6. Jon romano12 months ago

    Due to the progress in medicine , the human life span has increased and keep on encreasing. The earth resources don’t.The balance bet. Natality and mortality is progressively becoming “unbalanced”. The progress is generated by replacing the “old” with the “new”. Malthus was right: the wars and plagues are necessary. They do not happen sufficiently often, therefore controlled reproduction becomes a must. It must be done selectively.

  7. Gail N1 year ago

    Looking at your chart in percentages, an interesting fact emerges. The percentage of the population which is dependent, the young and the elderly, remains roughly constant over time. If anything, this percentage declines slightly with the passage of time. This is true for the data you show for the US and globally. It is undoubtedly clear that a person aged 6 or less cannot be self-supporting while it is not entirely clear that a person aged 64-70 cannot contribute to their own support. Yet you raise a concern ” over whether there are enough young people to take care of the older populations.” I suspect this is simply an echo of a meme put out by conservative think tanks who seek to plant concerns over our social security system.

    What your article fails to point out is that when populations have a very high percentage of young people, especially young men, and when that is combined with an economy which cannot find work and a way for these young men to become productive members of society, that we then have outbreaks of extreme violence, barbarism and war. That experiment is being played out now in Africa and the Middle East.

    What would be more interesting would be a chart that extrapolates out past the current bulge in population coming from a time where effective birth control was not available, women had fewer rights, and higher living standards all pushed the population higher. I suspect a stable population number would emerge, hopefully much, much lower than 11 billion by say the year 2200 or even 2300. Automation, renewable energy, and increased longevity will hopefully make the lives of this smaller number of our species more enjoyable overall.

    While your article nicely presented the data, it did not go nearly far enough to actually do any real analysis of the same.

    1. Nyara Chan12 months ago

      The unique reason why the dependency ratio in the U.S will not be high is because immigration, and to certain extent, the same will be on the United Kingdom, France and Germany if they open a bit more their immigration policies. The world on average will not suffer too much from the dependency ratio just because the life expectancy isn’t just high in the poorest countries, specially India. But, this is just “the world in average”. The low dependency ratios will be only available in a hand of countries, most of them extremely poor, so the countries with the high dependency ratios will have to find a way today to use their labor in a effective way or they will face severe problems, like Japan is doing now.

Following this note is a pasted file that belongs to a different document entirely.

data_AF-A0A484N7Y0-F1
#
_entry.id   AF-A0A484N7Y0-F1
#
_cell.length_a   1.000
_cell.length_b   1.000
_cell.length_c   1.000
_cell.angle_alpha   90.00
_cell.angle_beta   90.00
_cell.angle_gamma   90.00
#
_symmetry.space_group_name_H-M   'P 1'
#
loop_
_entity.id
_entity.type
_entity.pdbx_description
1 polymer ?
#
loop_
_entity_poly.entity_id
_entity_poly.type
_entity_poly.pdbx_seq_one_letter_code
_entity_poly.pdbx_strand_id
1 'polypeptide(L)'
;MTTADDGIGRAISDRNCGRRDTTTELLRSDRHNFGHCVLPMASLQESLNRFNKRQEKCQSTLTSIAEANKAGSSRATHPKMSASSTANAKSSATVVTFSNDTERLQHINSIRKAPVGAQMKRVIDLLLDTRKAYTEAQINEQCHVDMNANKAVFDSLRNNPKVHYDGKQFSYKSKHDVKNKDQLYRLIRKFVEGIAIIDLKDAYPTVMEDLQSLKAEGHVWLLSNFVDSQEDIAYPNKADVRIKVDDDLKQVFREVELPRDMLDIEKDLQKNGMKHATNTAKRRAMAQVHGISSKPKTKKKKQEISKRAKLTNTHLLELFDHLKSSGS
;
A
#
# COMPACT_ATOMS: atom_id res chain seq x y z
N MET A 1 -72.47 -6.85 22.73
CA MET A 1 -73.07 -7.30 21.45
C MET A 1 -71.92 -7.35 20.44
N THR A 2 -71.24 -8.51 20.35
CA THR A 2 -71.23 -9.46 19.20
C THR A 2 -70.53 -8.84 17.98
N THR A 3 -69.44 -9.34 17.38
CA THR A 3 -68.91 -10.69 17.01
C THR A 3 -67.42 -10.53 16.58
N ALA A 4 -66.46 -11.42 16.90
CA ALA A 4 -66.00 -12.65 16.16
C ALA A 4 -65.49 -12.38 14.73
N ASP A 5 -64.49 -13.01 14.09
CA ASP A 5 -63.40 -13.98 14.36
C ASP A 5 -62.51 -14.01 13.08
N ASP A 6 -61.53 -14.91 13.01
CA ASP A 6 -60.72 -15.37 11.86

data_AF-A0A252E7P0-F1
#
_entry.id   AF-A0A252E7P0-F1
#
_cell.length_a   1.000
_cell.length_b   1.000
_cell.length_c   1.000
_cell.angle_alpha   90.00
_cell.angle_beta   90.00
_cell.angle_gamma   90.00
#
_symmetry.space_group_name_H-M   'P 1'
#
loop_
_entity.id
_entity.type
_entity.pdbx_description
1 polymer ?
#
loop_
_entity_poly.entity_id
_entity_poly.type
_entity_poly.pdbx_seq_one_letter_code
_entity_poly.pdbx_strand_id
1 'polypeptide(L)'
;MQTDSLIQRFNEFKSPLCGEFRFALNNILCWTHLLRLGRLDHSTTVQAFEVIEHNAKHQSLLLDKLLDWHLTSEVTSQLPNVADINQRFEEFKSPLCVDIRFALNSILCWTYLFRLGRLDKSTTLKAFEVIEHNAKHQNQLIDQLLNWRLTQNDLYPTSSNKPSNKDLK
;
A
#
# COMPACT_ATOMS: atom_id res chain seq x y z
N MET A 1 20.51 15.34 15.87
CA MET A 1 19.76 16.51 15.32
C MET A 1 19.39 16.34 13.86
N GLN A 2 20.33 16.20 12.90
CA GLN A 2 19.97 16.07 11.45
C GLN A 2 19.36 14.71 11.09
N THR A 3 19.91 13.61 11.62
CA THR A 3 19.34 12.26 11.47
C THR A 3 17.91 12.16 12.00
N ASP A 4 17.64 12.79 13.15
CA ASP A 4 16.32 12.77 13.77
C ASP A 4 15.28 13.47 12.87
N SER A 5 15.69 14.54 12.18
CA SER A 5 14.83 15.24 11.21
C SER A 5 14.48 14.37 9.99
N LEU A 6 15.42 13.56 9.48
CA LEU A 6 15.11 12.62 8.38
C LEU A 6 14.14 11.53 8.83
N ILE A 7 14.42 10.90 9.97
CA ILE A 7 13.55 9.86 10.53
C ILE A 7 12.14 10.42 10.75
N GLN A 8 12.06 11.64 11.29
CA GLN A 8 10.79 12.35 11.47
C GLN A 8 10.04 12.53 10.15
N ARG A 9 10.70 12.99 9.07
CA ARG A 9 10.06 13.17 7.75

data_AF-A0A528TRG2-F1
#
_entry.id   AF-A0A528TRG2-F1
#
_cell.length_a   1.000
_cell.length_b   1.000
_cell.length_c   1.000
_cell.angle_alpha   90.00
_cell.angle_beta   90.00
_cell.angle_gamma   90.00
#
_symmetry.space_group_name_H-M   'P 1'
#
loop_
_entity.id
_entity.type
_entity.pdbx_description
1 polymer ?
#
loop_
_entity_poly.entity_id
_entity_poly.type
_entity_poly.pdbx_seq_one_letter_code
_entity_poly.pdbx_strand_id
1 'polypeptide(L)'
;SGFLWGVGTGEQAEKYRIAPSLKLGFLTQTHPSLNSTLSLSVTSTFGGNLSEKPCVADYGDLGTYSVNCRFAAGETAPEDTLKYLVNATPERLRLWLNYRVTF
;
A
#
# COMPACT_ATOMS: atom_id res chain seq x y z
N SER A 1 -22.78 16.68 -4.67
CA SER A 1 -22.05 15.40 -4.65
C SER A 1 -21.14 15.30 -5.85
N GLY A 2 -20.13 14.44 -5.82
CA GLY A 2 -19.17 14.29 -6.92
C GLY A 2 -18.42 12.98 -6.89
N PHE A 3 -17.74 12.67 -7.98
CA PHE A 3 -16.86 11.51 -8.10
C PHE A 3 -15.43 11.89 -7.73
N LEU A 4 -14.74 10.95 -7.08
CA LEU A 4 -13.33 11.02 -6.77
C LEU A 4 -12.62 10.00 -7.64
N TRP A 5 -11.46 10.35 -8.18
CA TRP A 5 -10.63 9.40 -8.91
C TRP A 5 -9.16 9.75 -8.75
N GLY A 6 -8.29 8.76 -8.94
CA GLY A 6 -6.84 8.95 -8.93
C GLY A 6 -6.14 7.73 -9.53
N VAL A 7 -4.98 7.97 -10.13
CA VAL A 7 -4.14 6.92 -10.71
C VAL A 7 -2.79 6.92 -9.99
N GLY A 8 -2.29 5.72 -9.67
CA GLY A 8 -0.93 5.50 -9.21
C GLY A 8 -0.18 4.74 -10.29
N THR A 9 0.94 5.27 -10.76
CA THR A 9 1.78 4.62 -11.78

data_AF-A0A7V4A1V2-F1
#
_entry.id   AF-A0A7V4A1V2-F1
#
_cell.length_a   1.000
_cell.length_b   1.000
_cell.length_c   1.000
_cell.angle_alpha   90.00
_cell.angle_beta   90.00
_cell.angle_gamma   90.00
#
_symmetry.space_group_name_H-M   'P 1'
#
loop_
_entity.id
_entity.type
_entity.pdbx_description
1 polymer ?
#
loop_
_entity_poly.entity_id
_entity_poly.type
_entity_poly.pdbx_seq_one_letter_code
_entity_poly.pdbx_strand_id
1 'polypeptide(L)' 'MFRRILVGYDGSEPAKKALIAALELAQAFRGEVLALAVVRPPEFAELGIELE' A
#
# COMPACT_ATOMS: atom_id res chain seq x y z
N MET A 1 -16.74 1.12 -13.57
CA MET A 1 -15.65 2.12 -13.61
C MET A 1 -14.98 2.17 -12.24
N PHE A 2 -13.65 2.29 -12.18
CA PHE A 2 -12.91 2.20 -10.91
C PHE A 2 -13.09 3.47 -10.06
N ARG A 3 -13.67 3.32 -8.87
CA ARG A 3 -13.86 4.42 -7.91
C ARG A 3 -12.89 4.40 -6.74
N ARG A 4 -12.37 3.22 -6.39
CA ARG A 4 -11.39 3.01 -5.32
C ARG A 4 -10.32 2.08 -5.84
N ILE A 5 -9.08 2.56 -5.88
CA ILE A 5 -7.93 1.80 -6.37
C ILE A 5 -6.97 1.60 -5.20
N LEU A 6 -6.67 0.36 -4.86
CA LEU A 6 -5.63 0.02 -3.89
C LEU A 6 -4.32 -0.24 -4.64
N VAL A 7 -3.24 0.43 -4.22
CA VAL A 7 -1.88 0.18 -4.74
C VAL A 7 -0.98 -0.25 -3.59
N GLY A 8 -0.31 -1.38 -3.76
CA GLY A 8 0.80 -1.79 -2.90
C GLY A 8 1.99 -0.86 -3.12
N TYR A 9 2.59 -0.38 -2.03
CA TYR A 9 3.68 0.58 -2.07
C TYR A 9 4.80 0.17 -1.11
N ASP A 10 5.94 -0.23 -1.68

8. Mike Stasse1 year ago

    The research I’ve seen totally disagrees with this. Seeing as we are reaching Peak Everything, and that we have to seriously curtail economic and industrial production if we have any chance of not going over 2 degrees C by 2100, I can’t see how we can continue feeding a growing population.

    The Club of Rome forecast a crash in population starting in 10 to 15 years time in their ‘standard scenario’. This scenario is bang on target according to Dr Graham Turner, and from where I sit, I reckon he’s right.

    damnthematrix.wordpress.com/2012…

  9. Lee Miller1 year ago

    One has to wonder what the background of the 17 percent of scientists who view the population growth problem as not a problem. I hope that none are biologists or ecologists. I suspect they are scientists who don’t deal much with species and nature, but with test tubes and particle collisions.

  10. Prof Bob1 year ago

    According to an article in Science Daily (April 20, 2009), a survey of the faculty at the State University of New York, which has a very strong environmental science department, the planet’s major environmental problem is overpopulation.. Climate change is second. This echoes the theme of the popular free ebook series “And Gulliver Returns” –In Search of Utopia—(andgulliverreturns.info) As one professor at SUNY said “With ten million or even a hundred million people on the planet there would be no warming problem.” It is both the technology and the number of people using it that create so many of our planetary problems.

    1. John Jorgensen1 year ago

      Thanks for the links 🙂

  11. Dilip Kumar1 year ago

    It is a serious matter for our concern to check the population growth otherwise we will loose our all development.

  12. PLB1 year ago

    So how many people were polled?
    And how can they be comparing polling in the past with now? Did they poll the same people or other people? How reliable is this information anyway?

    And if population is such a problem for some, have they sterialized themselves? They if you want to ‘improve’ the world, you better start with yourself.